YouTube Is Making Hard For the Copyright Holders to Make Unfair Claims Against The Creators Overall rating: ★★★★★ 5 based on 23 reviews
5 1

BlogSimplio Labs Blog

Once we accept our limits, we go beyond them.
Albert Einstein

YouTube Is Making Hard For the Copyright Holders to Make Unfair Claims Against The Creators

Uncategorized, What's New No Comment
youtube copyright claims

YouTube Company found that most of the copyright holders are using unfair means to take revenue away from the creators. The news appeared first on Search Engine Journal.

For most of the people, YouTube’s copyright system is a mess as it places the burden on the creators to dispute the copyright claims, in turn, the copyright holders use the manual claiming tool to seize revenue arising from the videos often before the YouTuber (creator) takes a chance to respond.

But now YouTube from continuous requests form the content creators is updating this tool so that creators do not face any loss. This shall take place in the mid of September and YouTube will do this by changing its Content ID policy, YouTube mentions this in their blog post that by doing so many of the copyright claims shall be cut down. In other words, the right holders will not be able to size money from the YouTube videos by filing any claim and especially when the video is registered in someone’s name and appears for a small period of time on the channel or appears in the background of certain video.

YouTube has now made it mandatory for the people who are filing copyright infringement claims to provide a timestamp for the exact part of the video or the video’s they are reporting. The company also states that they will revoke user’s access to the manual claims if they continuously fail to provide accurate manual timestamps. An advantage of timestamps is that the manual claim recipient will see the timestamp as indicated by other party/parties that will make it easy to find out which part of the video needs to be edited.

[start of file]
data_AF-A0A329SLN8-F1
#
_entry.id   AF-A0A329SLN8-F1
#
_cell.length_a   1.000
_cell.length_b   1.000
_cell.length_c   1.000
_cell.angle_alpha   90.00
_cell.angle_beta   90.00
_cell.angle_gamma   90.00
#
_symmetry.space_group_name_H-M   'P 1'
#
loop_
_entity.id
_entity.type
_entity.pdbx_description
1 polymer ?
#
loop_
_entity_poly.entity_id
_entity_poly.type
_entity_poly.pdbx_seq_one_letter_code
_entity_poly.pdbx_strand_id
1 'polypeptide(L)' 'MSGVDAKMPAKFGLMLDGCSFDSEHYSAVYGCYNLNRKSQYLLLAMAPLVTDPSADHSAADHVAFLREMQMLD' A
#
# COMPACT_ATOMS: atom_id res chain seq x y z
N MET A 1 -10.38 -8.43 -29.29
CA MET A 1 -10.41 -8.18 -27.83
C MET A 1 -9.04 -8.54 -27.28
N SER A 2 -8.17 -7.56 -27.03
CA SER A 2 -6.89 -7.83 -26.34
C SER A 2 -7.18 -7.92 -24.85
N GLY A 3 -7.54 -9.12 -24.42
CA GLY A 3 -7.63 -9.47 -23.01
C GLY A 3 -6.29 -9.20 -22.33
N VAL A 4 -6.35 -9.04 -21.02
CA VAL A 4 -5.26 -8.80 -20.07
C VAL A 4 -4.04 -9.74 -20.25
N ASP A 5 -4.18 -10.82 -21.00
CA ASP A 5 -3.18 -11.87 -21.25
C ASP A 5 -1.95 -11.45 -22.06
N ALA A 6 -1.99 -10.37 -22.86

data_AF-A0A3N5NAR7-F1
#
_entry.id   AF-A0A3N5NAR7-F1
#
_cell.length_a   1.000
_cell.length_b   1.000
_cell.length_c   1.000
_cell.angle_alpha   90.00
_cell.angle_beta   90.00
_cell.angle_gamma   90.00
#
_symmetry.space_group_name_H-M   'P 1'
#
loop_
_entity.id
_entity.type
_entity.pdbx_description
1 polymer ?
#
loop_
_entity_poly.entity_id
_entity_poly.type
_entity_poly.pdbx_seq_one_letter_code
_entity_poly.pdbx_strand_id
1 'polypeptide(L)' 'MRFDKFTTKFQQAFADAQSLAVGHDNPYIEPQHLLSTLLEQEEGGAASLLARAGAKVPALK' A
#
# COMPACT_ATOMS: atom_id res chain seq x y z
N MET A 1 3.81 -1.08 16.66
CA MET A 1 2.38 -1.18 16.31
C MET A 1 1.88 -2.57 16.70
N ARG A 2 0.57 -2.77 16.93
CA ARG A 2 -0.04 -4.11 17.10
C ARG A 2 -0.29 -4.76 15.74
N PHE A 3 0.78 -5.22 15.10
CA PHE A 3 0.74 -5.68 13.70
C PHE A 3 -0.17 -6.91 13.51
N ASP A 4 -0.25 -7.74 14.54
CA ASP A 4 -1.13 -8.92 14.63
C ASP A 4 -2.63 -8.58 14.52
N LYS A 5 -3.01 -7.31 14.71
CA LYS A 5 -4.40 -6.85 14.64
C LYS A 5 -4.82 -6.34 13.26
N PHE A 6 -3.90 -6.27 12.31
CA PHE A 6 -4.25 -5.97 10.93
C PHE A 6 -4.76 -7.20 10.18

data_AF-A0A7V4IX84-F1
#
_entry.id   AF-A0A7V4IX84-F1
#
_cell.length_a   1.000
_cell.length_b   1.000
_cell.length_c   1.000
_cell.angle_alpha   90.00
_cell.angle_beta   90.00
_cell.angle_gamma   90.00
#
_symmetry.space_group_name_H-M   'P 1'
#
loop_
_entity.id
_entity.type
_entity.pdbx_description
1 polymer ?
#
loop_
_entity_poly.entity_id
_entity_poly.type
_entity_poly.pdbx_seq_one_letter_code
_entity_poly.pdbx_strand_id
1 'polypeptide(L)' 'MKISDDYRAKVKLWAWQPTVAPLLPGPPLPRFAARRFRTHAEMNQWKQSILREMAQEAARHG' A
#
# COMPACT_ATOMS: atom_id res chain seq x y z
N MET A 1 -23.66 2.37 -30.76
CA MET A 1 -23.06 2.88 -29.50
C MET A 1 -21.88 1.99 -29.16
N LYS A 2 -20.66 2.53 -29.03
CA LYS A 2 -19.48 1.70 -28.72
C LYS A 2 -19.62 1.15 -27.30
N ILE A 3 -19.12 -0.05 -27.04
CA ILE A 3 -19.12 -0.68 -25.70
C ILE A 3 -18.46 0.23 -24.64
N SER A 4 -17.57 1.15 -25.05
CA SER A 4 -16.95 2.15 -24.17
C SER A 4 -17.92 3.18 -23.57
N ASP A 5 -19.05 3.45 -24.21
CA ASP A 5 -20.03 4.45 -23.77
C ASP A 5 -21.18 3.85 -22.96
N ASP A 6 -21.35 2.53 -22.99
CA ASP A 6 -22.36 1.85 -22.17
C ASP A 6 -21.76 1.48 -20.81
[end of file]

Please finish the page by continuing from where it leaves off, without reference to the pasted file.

To solve this issue they can either dispute the claim or can alter the video by using YouTube’s updating editing tools. Other than this the creators can shut down or remove all sounds, they can even swap them out easily with one of the platforms free to use songs from their audio library.

YouTube has a database of files on which it scans the video uploads so as to find the audio and video matches through its Content ID technology. Any copyright infringement found automatically leads to automated content ID (it’s a video platform system that detects an upload uses another person’s intellectual property claims, then they can earn from it as well) claims.

YouTube believes that by doing so many of the manual claiming privileges of labels or other right holders that get continuously breached will be stopped.

The changes made by the company will only effect manual claims and will have no impact on music found automatically by YouTube’s Content ID system. The company states that since it was implemented it has cleared many claims and has paid many right holders an amount of dollar 3 billion a very big amount.

The company states that they will continuously design ways to improve the creator’s copyright experience without altering the rights of the copyright owners.